The thing is… US Government has the biggest cyber warfare capability in the world.

    Tap everyone’s phone/fax/mobile/satcom on the planet? already done, ECHELON since 1970s.
    Purposily design a info collector and hacker software to spy on your potential enemies? Done, FLAME.
    World’s first special built cyber attack virus that has successfully attacked a real infrastrcture? Accomplished: Stuxnet.

    Whatever huawei or china is doing, whatever they are accused by CNET or CNN or whoever these brain dead journalists are. even if they are true, they are no where near the destructiveness, capability and reach of aforementioned semi-open cyberwarfare programs (not to mention those that are completely dark). So one truly should suggest that China and Huawei actually do develope some capability in this regard, only if just to defend itself and keep up with the Yanks.

  5. August 30th, 2012 at 00:07 | #5

    @silentchinese
    Call me naive. If Cisco is planting trojans in its products, I think it would be irresponsible of the Chinese government to not kick the company out of China. They are doing $billions of business in China!

    U.S.’s control of so much of the Internet’s backbone, tapping capabilities, and etc would mean she would not need to undermine Cisco’s product credibility.

    Of course we can’t know for sure. Only the U.S. government and Cisco know.

    I doubt Cisco’s products need to be subjected to such risks.

  6. no-name
    August 31st, 2012 at 02:59 | #6

    According to various reports / articles available via the web, Google has made secret agreements with many major western intelligence organisations including the NSA and Mossad. With Google’s juggernaut global footprint already now becoming very firmly established nobody can compare or compete with the west when it comes to espionage and covert operations including electronic siphoning. Thus the lies and accusations that are being continuously hurled at Huawei (and ZTE) are nothing more than a smokescreen to cover the moves being made by Google, NSA and its Israeli counterpart. I dare say these three are in some way directly connected with the spread of the Flame virus. A new variant of this virus has just been discovered in recent days but I have been unable to recall its (newest) name right now.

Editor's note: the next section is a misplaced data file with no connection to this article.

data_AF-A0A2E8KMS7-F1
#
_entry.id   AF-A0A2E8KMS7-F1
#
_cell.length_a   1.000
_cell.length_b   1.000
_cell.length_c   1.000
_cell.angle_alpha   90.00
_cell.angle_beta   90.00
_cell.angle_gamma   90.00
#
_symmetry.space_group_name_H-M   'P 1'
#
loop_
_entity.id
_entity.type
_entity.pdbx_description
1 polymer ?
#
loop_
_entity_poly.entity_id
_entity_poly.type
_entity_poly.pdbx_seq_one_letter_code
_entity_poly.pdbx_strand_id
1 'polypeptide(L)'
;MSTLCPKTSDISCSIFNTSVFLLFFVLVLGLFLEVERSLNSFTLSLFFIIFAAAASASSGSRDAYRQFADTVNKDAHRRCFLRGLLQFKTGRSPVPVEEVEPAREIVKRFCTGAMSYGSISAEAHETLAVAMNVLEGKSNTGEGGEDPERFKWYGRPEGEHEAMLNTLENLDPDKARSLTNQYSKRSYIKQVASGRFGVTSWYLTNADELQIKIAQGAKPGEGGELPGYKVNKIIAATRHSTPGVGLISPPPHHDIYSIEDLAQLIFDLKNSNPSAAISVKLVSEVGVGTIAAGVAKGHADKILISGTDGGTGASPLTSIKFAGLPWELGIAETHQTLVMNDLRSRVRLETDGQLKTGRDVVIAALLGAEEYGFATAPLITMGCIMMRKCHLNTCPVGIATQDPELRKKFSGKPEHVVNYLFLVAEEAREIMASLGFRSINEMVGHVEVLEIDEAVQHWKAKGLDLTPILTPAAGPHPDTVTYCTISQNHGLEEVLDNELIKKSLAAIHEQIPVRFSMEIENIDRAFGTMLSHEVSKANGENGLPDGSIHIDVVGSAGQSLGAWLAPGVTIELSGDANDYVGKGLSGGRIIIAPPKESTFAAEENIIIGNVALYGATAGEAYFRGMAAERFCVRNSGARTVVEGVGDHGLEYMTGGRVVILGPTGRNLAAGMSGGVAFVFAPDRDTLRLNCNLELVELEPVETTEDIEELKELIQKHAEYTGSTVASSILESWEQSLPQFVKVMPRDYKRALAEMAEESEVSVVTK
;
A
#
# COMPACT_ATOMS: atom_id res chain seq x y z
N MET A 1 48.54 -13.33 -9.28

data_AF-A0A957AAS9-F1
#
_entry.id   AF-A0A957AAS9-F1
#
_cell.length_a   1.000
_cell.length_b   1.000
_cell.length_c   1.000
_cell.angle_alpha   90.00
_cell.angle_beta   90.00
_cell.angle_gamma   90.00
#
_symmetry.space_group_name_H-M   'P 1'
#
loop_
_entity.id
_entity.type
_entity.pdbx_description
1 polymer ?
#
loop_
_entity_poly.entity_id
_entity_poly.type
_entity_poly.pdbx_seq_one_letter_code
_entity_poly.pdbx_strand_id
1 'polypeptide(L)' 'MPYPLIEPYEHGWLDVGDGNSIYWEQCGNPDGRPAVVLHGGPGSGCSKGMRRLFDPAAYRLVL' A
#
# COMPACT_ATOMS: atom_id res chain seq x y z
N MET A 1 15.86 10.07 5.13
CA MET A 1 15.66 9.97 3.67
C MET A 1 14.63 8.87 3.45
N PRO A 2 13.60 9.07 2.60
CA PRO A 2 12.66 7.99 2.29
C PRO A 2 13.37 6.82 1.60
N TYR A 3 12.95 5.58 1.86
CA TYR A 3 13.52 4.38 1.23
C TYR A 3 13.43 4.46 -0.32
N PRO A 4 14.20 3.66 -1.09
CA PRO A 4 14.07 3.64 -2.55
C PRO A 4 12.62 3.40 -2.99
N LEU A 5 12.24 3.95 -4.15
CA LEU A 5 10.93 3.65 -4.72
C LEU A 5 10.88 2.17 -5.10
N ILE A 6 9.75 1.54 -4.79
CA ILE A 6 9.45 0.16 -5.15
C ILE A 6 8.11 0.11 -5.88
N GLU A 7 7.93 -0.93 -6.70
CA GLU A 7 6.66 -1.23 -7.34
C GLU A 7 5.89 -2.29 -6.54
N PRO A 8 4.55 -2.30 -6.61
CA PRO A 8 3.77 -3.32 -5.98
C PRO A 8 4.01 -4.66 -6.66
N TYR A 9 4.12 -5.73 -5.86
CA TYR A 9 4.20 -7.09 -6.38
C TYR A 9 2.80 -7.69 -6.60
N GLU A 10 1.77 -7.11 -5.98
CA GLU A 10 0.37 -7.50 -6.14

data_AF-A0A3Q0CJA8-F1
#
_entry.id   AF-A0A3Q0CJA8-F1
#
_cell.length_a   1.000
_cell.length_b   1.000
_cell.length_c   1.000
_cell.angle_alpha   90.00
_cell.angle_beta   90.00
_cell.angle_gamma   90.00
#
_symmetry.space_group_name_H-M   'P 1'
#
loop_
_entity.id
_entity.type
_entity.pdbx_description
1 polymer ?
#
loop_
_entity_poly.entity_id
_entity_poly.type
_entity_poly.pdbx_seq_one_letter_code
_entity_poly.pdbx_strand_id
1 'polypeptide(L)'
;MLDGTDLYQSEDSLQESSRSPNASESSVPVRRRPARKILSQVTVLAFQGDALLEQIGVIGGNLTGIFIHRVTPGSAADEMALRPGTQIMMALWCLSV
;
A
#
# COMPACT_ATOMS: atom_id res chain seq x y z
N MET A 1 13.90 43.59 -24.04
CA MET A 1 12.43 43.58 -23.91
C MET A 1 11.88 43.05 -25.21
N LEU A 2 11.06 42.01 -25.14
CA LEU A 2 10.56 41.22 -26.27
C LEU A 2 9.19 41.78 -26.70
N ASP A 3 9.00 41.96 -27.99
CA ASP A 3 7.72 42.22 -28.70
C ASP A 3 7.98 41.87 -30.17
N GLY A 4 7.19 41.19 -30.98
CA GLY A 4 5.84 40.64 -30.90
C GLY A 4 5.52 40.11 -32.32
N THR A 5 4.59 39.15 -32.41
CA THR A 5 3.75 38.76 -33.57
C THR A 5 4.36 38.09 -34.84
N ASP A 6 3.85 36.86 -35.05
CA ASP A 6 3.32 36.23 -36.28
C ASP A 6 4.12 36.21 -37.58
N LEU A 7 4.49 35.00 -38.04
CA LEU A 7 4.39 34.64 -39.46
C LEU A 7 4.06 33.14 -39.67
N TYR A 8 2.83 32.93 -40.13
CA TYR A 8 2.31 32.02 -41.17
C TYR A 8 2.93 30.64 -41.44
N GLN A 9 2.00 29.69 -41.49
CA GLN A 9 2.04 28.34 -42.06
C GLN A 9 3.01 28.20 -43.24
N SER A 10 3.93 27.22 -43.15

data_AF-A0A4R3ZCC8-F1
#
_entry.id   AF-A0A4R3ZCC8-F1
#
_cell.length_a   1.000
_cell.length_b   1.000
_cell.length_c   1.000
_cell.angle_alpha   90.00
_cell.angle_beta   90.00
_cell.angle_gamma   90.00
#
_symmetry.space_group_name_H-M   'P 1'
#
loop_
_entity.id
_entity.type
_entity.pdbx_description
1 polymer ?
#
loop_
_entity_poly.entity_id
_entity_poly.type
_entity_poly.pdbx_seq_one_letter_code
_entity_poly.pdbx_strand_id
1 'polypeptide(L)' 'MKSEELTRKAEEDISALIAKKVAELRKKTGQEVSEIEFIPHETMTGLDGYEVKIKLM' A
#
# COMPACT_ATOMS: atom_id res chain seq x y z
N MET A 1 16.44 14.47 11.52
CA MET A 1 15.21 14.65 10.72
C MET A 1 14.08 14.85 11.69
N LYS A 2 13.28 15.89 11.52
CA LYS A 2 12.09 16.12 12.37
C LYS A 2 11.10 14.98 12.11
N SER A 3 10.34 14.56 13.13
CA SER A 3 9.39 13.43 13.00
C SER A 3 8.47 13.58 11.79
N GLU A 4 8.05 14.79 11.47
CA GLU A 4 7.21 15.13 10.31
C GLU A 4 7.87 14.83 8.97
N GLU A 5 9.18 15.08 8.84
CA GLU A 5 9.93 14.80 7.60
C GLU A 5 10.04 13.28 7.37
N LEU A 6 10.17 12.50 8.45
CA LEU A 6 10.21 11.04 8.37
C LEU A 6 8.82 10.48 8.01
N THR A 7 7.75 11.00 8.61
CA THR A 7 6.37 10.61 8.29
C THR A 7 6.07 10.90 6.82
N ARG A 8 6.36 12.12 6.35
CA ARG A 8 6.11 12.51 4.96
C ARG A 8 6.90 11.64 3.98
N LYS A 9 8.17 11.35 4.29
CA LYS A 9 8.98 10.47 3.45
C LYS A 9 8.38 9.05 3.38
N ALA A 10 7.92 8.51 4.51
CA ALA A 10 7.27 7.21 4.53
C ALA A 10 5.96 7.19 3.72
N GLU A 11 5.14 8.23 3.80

7. no-name
    August 31st, 2012 at 03:27 | #7

    Around mid-August 2012, a hitherto unknown malicious computer program was discovered infecting many machines in the Middle East. It was found that the program siphoned off passwords and bank account numbers and could delete itself after (presumably) completing all its tasks. The stealthy and complex nature of the spyware including certain parts of the program itself convinced researchers and sleuths that it came from the same people who produced the Flame virus. The name of this latest Flame variant is Gauss.

  8. August 31st, 2012 at 07:35 | #8

    Did Huawei steal Cisco’s technology?
    Do they pass info. to the Chinese government on sensitive data from their routers?

    They’re all unfounded accusations to fight competition. If the secrets can be stolen that easily, we have to blame Cisco for not protecting their secrets and we would have many companies like Huawei. For the same reason and fear, China should not buy products from Cisco. Cisco is using this to protect its bidding from Huawei unfairly. This tactic works successfully in US, but not outside.

    The fact is there is no trap door to steal data from the network. If there is one, a good percentage of the global traffic has to be routed via the Chinese equipment already. It is a fact that companies spy against each other, no matter it is a Chinese company or an American company.

    Cisco and its rival Huawei are riding on the economy. Hence I expect Cisco’s stock price will fluctuate with today’s range (as of 2012) and it will take off after two or three years hopefully when the global economy recovers. Huawei will be in better position in the long term as their research and manufacture costs are far lower than US. Huawei’s products are very competitive and will capture market shares outside US. The margin of the industry will still be favorable.